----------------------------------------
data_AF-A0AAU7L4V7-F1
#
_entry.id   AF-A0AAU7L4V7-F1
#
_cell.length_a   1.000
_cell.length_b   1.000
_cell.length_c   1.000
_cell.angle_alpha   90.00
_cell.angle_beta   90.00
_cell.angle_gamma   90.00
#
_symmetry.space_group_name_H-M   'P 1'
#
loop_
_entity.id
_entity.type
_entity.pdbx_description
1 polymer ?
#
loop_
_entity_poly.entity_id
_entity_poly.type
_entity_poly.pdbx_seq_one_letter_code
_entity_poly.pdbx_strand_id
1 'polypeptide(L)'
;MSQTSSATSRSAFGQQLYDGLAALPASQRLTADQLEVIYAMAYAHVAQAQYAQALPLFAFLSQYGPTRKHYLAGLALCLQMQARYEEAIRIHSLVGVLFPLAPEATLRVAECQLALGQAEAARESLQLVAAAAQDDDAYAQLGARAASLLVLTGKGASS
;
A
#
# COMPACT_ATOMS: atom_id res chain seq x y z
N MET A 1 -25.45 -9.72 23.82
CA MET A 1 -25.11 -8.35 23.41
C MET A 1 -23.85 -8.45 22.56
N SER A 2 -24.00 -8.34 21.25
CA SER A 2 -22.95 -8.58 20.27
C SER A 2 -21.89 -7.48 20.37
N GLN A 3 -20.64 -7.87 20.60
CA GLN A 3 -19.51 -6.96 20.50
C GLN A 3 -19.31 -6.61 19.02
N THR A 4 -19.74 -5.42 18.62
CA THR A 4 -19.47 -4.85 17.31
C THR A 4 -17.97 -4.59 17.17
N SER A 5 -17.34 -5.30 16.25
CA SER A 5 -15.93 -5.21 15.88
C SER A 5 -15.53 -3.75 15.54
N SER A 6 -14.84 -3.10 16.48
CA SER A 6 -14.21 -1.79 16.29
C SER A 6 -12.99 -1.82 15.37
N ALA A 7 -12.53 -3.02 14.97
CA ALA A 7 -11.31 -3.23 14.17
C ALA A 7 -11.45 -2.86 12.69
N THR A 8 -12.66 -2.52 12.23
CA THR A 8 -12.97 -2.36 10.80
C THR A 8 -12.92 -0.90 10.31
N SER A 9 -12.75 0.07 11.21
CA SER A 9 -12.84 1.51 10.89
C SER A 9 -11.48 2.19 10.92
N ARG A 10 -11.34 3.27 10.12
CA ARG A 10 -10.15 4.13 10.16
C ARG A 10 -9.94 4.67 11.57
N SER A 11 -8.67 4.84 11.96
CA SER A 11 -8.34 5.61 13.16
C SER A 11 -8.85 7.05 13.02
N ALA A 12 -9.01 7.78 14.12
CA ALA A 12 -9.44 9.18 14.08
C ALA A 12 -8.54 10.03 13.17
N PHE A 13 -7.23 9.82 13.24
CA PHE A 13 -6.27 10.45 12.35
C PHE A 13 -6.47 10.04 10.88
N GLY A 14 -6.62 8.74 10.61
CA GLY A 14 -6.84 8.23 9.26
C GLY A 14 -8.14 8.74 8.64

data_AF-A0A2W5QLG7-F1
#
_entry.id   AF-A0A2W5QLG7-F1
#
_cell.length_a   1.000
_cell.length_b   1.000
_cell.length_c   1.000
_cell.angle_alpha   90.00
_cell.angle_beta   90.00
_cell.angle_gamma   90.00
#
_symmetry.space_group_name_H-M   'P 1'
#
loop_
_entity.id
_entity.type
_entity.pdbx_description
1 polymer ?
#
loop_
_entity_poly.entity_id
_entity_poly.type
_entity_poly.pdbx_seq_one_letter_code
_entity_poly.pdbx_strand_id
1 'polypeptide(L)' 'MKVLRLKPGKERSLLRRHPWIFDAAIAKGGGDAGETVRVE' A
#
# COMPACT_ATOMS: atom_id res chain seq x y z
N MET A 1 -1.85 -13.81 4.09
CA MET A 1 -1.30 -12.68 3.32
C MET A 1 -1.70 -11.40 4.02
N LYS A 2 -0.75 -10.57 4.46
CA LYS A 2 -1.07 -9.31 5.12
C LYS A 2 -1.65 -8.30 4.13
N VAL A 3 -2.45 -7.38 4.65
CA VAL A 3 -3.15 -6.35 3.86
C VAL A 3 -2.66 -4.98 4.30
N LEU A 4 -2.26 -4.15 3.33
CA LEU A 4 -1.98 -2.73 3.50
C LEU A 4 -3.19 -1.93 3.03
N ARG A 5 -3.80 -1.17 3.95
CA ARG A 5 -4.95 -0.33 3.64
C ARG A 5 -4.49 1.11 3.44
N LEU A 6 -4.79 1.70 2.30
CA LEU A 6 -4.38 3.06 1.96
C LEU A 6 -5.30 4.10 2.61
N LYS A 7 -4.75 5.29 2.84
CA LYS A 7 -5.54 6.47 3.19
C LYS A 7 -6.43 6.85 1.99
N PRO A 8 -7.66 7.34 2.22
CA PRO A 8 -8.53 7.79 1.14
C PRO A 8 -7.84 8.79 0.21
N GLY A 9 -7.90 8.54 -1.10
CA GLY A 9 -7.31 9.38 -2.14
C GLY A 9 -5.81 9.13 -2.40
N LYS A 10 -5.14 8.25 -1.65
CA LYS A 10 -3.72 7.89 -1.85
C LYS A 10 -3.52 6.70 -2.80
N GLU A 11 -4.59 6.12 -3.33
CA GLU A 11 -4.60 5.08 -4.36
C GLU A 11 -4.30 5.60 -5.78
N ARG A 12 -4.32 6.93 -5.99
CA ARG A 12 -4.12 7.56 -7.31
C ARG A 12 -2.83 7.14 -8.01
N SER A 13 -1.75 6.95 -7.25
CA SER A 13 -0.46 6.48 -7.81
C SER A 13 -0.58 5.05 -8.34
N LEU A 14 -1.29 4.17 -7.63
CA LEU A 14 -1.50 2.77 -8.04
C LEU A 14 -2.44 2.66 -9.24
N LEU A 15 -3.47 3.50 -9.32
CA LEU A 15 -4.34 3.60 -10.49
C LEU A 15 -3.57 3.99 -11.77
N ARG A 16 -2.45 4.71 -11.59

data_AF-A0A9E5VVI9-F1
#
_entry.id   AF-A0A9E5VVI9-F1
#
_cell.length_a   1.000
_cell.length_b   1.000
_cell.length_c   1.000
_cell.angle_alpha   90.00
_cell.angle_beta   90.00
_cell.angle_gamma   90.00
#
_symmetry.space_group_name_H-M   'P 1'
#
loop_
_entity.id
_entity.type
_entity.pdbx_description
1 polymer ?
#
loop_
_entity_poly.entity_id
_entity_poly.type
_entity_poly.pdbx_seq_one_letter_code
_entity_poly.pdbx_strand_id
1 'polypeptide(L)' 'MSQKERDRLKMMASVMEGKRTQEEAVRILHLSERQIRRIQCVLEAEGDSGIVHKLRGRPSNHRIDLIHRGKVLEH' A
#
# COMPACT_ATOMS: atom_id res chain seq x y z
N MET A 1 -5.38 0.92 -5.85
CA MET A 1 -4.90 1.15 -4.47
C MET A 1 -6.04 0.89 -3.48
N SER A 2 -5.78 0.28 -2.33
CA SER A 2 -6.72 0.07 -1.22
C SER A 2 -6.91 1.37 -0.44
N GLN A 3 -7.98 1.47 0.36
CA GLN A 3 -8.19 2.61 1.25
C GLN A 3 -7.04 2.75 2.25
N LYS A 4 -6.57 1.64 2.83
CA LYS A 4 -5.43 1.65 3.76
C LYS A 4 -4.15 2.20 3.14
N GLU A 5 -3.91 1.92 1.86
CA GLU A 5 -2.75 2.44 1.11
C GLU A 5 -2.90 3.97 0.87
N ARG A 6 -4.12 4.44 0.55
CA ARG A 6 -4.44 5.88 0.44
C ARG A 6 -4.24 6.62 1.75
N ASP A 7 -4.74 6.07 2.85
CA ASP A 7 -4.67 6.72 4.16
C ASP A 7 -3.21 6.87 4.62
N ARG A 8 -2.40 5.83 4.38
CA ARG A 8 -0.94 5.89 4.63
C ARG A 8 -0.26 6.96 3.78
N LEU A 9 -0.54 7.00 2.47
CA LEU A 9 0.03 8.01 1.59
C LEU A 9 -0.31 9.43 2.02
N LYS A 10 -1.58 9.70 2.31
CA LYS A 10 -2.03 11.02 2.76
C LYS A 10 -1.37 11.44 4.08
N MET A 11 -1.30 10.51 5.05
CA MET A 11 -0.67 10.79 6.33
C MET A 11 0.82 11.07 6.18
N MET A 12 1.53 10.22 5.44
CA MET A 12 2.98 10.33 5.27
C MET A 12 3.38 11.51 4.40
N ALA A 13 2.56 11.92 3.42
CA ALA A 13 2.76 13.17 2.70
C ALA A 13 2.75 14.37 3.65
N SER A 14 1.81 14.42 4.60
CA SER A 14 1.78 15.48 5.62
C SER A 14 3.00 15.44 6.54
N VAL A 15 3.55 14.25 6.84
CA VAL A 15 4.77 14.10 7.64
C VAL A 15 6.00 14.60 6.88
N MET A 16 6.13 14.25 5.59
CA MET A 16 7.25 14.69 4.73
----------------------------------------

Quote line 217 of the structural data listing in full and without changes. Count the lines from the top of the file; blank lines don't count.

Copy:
C VAL A 15 6.00 14.60 6.88